Each month, One Green Planet tracks major legal developments that are improving (or, in some cases, threatening) the lives and well-being of animals. This month, we are highlighting an Animal Outlook case—a battle to protect farm animals under state animal cruelty laws. Stay tuned at the end for three quick bonus updates: including, for a change of pace, an international law update describing a bold and (semi-successful) effort in Switzerland to recognize basic rights for non-human primates.

1. Case Highlight: Animal Outlook Secures Prosecution in PA

Usually, major legal victories come at the end of the case. A court will strike down a bad law or uphold a good one. Or, as seen on popular television, a defendant is convicted or acquitted. But this victory comes at the beginning of a case, with a court telling the District Attorney of Franklin County, Pennsylvania, to prosecute charges of animal cruelty that occurred at Martin Farms.

To convey how big this win is for animals, it’s necessary to first explain how weak farm-animal protections are in the United States. While most people (quite reasonably) assume that animal cruelty laws protect all animals, they typically do not extend to (1) animals used in research, and (2) animals on farms. (Unsurprisingly, this is the majority of animals in the U.S.)

In Pennsylvania, for example, animal cruelty laws exempt “normal agricultural operations” from prosecution. “Normal agricultural operations,” of course, are themselves cruel; they include practices such as confining animals in unclean spaces where the animals cannot stretch their legs or even turn around, and subjecting them to mutilation such as debeaking (cutting off the beaks of chickens)—all of which would be illegal in other contexts. And yet farms get away with cruelty that is (somehow) even worse than these norms. In practice, there is a tacit understanding that, however farmers treat animals, the government will not question their practices because farmers feed America.

For the first two years of Animal Outlook’s efforts to prosecute Martin Farms, it appeared this norm would win out, and that Animal Outlook would be unable to hold Martin Farms accountable for animal cruelty—no matter how egregious the cruelty was. When Animal Outlook provided undercover footage to the police and the District Attorney (“DA”), the DA refused to prosecute. In fact, when Animal Outlook petitioned the trial court to overturn the DA’s decision, even the trial court sided with the DA.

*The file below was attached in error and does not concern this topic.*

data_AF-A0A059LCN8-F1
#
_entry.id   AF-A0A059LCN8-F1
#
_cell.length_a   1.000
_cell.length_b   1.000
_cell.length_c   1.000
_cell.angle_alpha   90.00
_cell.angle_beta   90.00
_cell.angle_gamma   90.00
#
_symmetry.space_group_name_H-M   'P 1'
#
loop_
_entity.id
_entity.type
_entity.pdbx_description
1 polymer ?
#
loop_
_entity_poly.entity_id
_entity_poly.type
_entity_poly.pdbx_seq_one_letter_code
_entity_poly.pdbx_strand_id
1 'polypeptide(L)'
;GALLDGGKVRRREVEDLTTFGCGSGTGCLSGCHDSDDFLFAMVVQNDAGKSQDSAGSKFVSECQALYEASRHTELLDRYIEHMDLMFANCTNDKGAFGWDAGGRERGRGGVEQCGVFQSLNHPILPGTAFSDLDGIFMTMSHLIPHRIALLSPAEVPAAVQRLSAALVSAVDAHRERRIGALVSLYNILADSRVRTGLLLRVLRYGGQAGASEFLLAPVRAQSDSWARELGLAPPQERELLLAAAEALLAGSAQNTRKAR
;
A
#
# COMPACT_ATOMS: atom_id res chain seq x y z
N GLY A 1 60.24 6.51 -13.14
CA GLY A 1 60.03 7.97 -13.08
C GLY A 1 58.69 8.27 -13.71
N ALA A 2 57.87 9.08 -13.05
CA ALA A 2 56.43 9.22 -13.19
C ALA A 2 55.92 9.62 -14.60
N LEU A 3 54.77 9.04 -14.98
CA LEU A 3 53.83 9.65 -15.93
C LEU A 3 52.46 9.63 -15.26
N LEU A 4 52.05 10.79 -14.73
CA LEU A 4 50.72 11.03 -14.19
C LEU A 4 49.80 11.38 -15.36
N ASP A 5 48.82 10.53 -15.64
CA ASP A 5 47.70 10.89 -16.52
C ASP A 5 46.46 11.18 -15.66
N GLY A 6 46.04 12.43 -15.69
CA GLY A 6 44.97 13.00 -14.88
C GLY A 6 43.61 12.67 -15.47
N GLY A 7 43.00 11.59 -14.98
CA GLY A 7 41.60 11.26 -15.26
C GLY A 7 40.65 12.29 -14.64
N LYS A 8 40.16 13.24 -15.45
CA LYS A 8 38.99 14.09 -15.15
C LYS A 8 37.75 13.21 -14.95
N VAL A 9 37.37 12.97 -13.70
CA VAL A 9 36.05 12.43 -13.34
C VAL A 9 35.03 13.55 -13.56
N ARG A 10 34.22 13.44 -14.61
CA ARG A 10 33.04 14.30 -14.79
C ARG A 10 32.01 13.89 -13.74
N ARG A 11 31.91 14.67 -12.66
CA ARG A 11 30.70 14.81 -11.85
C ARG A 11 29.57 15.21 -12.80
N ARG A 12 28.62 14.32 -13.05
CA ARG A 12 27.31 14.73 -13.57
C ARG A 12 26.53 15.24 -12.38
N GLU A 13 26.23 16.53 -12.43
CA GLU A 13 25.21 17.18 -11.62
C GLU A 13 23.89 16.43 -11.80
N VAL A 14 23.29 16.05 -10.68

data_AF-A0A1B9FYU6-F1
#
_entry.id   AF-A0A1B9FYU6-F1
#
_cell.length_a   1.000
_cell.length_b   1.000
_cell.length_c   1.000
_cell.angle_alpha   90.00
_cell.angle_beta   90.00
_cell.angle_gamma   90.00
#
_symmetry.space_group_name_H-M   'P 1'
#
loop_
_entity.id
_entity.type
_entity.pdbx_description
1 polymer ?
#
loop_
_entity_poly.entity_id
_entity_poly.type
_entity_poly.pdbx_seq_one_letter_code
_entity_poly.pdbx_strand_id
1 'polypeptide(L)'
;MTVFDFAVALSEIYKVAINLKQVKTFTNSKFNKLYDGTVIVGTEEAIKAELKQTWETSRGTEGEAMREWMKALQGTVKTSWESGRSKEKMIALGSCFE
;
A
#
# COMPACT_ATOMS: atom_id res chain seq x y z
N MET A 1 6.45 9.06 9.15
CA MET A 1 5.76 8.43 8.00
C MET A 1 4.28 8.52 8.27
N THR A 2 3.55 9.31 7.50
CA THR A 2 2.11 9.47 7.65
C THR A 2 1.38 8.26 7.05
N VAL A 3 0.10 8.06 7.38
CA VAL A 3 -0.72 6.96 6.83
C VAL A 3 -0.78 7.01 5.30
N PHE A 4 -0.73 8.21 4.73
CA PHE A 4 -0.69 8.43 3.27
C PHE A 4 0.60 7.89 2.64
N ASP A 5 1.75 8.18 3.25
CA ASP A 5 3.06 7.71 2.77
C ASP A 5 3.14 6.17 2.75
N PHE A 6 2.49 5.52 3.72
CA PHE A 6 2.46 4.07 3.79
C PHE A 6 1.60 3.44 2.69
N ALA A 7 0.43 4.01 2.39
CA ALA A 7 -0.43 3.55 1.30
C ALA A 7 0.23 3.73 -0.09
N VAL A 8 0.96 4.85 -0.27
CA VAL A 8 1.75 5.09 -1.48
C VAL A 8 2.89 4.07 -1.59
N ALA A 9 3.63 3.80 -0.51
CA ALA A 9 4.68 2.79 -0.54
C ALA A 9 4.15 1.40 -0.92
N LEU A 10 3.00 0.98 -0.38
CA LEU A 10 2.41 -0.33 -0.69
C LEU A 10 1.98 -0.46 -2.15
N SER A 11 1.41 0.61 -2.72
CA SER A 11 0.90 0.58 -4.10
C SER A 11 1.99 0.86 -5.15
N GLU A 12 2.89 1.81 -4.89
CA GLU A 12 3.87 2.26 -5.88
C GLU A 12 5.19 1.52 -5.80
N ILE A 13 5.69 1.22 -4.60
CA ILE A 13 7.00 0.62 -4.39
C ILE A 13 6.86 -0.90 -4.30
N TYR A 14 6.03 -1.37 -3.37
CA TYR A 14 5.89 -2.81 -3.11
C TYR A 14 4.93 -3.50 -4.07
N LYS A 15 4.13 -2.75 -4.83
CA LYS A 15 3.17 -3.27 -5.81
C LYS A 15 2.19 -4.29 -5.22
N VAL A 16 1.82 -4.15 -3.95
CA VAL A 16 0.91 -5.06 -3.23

For those wondering, by now, what kind of cruelty happened at Martin Farms, and what kind of evidence Animal Outlook presented, the appellate court in Pennsylvania described it (in part) as follows:

[Animal Outlook documented] multiple instances of individuals improperly restraining calves, which were unanesthetized to save time and money, and then using inadequately hot equipment to slowly burn away the animals’ horns while they struggled, vocalized, and exhibited other signs of pain. . . . [Animal Outlook] also documented instances of cows who were unable to stand and walk (“downer cows”) being improperly pushed and dragged with a tractor bucket. . . . [The investigator] also witnessed incidents of gratuitous cruelty, not captured on video, such as punching and twisting the tails of cows until they vocalized, and excessively shocking animals with a prod in sensitive areas.

Moved by this footage, the Superior Court overturned the trial court. It directed the DA to accept and transmit Animal Outlook’s claims for prosecution.  

To date, the case has not been prosecuted. In fact, it may never be prosecuted successfully. So, why is this such a major win for animals?

I offer four reasons:

  1. This case removes a sense of invincibility from farming operations. It reminds factory farms that, while the law may give them too much leeway, they can still be held accountable and prosecuted as criminals for mistreating animals. With a realistic fear of prosecution, farms are more likely to self-police and at least prevent the most egregious forms of cruelty.